In line with some previous reports, 10,12bilateral microinjections of ibotenic acid into the RMM produced an obvious lesion of neurons as determined by histologic observation. Figure 1Ashows an example of the result following bilateral lesions of the RMM, the injection sites and lesion area were confined to an area in the gigantocellular reticular nucleus (Gi) and the dorsal paragigantocellular nucleus (DPGi) (fig. 1A). The summary of 13 pairs of lesions within the RMM is shown in figure 1B. The hatched area in both sides of the scheme represents the size of the area where the lesions could be clearly identified according to histologic location in 13 animals receiving ibotenic acid (fig. 1B).
Effect of Bilateral RMM Lesions on BV or Formalin-induced PSN
As described in our previous reports, 1–3subcutaneous injection of BV into the plantar surface of one hind paw of control group rats produced a persistent, prolonged spontaneous flinching reflex in a monophasic manner (39.76 ± 2.04 times/5 min, n = 6) (fig. 2A). Compared with the control group, bilateral RMM lesions produced a significant inhibition of the BV-induced total flinching reflex (20.69 ± 2.63 times/5 min, n = 7) (fig. 2B). However, the time course observation showed that the RMM lesion-produced inhibitory effect was only statistically significant in the late 50 min (11–60 min) (control group vs. lesion group, 34.82 ± 2.17 times/5 min (n = 6) vs. 14.48 ± 2.31 times/5 min (n = 7), P < 0.001), but without any significance for the initial 10 min (0–10 min) following BV (64.5 ± 5.89 times/5 min vs. 51.78 ± 6.69 times/5 min, P > 0.05) (fig. 2B). Similar to the BV model, bilateral RMM lesions also produced a significant inhibition of the formalin-induced flinching reflex in phase 2; however, the RMM lesions were not able to prevent occurrence of phase 1 response of the formalin test (fig. 2C, D).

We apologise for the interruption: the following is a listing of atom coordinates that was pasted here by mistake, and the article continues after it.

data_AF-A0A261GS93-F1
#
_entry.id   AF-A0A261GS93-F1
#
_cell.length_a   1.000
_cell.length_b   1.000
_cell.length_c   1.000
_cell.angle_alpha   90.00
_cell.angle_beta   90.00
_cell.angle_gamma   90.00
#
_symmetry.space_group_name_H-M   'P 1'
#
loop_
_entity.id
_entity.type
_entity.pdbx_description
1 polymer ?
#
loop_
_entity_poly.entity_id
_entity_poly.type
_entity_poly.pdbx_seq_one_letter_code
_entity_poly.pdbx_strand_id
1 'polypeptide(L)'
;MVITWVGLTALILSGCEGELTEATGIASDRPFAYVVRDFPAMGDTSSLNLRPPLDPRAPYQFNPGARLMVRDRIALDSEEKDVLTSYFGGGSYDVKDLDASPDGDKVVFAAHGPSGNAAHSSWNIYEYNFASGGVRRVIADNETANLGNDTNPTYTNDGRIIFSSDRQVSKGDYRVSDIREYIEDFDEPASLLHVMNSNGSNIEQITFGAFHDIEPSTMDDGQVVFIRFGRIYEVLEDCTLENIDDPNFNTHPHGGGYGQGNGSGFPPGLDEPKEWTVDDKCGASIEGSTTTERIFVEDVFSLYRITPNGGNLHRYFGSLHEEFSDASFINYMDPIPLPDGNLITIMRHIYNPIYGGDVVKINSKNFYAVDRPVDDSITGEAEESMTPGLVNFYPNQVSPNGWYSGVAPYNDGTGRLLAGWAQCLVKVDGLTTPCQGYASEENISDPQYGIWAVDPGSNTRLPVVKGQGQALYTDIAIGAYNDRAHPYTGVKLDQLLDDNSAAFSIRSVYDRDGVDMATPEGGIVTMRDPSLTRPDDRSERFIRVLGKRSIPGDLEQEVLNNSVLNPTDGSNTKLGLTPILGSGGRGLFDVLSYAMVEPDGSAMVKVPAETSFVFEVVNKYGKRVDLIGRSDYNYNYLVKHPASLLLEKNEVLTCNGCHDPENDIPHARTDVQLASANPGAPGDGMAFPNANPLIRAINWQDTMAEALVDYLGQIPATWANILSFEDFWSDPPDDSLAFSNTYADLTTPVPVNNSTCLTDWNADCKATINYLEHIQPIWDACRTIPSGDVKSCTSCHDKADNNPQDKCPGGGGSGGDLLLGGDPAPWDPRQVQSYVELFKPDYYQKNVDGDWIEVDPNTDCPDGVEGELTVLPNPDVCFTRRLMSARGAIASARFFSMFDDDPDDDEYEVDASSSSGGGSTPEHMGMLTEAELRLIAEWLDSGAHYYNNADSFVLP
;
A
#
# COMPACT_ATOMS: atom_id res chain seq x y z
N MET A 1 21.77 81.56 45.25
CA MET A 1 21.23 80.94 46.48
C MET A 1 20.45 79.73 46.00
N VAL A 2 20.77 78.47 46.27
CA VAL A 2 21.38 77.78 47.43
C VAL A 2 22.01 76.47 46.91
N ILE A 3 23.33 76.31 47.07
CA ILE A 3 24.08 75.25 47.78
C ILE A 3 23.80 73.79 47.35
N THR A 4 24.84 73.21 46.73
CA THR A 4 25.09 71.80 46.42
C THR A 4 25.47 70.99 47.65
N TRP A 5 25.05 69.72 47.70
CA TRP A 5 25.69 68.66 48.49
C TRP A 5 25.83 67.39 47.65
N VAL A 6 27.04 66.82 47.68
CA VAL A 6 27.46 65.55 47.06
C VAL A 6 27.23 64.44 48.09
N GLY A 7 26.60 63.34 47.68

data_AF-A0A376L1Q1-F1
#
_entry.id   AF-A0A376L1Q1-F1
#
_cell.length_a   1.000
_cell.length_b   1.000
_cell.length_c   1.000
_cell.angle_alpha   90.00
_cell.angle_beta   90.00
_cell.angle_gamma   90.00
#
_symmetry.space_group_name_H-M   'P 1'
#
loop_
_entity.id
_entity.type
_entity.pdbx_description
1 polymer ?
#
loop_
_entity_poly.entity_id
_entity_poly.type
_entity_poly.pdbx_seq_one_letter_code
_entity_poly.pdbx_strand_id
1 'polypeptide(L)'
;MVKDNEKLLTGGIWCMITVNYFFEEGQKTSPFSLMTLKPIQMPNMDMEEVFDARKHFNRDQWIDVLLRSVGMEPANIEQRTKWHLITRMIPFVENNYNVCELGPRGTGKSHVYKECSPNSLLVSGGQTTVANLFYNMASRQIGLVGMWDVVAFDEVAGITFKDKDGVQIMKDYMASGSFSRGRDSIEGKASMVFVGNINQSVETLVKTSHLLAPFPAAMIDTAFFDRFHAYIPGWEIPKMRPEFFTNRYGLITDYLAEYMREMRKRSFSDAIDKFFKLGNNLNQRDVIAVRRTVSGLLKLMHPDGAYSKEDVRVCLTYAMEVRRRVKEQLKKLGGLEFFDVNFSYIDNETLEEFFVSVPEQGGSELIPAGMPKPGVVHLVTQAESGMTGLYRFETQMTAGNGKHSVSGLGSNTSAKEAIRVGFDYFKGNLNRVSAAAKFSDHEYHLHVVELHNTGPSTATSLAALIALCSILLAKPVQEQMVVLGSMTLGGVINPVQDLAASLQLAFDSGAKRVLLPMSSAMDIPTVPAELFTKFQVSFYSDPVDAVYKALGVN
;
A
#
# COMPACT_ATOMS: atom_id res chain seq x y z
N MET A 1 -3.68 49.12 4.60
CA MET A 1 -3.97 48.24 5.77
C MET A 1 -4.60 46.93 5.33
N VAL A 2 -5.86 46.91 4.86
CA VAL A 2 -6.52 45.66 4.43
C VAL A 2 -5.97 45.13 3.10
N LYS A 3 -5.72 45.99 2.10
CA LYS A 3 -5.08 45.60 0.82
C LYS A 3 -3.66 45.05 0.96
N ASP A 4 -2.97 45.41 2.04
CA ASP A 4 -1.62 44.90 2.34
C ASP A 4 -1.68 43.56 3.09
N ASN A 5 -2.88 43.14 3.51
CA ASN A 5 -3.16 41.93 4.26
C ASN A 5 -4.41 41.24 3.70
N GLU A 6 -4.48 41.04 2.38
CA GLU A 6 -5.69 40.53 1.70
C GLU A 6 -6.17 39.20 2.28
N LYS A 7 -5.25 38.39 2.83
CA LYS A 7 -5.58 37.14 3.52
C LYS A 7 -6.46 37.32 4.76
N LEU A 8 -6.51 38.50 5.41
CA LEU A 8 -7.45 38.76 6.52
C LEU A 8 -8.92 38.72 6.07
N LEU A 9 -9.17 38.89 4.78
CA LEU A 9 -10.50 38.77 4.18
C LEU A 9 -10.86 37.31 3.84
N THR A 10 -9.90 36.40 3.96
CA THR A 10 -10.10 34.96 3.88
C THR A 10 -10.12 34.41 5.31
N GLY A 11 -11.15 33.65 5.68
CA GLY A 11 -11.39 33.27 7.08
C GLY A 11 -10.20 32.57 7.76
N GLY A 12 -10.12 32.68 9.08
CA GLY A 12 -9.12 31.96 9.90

Effect of Bilateral RMM Lesions on BV-induced Hyperalgesia